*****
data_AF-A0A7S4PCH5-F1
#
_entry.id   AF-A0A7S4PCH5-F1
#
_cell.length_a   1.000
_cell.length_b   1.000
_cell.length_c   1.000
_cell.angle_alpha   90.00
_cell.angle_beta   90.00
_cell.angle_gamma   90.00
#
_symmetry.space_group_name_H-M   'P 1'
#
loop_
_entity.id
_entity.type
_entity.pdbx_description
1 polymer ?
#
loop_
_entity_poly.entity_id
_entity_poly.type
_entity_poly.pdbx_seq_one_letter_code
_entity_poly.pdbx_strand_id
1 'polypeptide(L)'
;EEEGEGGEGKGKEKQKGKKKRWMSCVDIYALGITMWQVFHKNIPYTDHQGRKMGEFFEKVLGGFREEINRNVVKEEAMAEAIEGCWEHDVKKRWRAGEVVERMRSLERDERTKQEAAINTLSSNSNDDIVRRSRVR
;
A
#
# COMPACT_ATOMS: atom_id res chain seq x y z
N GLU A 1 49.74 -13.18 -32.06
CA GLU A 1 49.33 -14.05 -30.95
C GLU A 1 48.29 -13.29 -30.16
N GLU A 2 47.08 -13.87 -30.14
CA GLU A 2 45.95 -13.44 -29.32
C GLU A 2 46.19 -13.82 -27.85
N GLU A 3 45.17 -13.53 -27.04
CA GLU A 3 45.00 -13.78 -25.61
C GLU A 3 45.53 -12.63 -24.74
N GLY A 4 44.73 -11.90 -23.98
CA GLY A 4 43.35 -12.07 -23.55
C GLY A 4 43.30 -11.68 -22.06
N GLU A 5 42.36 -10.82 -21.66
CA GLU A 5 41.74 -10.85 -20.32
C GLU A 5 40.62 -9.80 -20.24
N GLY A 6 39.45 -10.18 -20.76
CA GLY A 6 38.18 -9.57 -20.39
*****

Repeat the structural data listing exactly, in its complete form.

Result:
data_AF-A0A7S4PCH5-F1
#
_entry.id   AF-A0A7S4PCH5-F1
#
_cell.length_a   1.000
_cell.length_b   1.000
_cell.length_c   1.000
_cell.angle_alpha   90.00
_cell.angle_beta   90.00
_cell.angle_gamma   90.00
#
_symmetry.space_group_name_H-M   'P 1'
#
loop_
_entity.id
_entity.type
_entity.pdbx_description
1 polymer ?
#
loop_
_entity_poly.entity_id
_entity_poly.type
_entity_poly.pdbx_seq_one_letter_code
_entity_poly.pdbx_strand_id
1 'polypeptide(L)'
;EEEGEGGEGKGKEKQKGKKKRWMSCVDIYALGITMWQVFHKNIPYTDHQGRKMGEFFEKVLGGFREEINRNVVKEEAMAEAIEGCWEHDVKKRWRAGEVVERMRSLERDERTKQEAAINTLSSNSNDDIVRRSRVR
;
A
#
# COMPACT_ATOMS: atom_id res chain seq x y z
N GLU A 1 49.74 -13.18 -32.06
CA GLU A 1 49.33 -14.05 -30.95
C GLU A 1 48.29 -13.29 -30.16
N GLU A 2 47.08 -13.87 -30.14
CA GLU A 2 45.95 -13.44 -29.32
C GLU A 2 46.19 -13.82 -27.85
N GLU A 3 45.17 -13.53 -27.04
CA GLU A 3 45.00 -13.78 -25.61
C GLU A 3 45.53 -12.63 -24.74
N GLY A 4 44.73 -11.90 -23.98
CA GLY A 4 43.35 -12.07 -23.55
C GLY A 4 43.30 -11.68 -22.06
N GLU A 5 42.36 -10.82 -21.66
CA GLU A 5 41.74 -10.85 -20.32
C GLU A 5 40.62 -9.80 -20.24
N GLY A 6 39.45 -10.18 -20.76
CA GLY A 6 38.18 -9.57 -20.39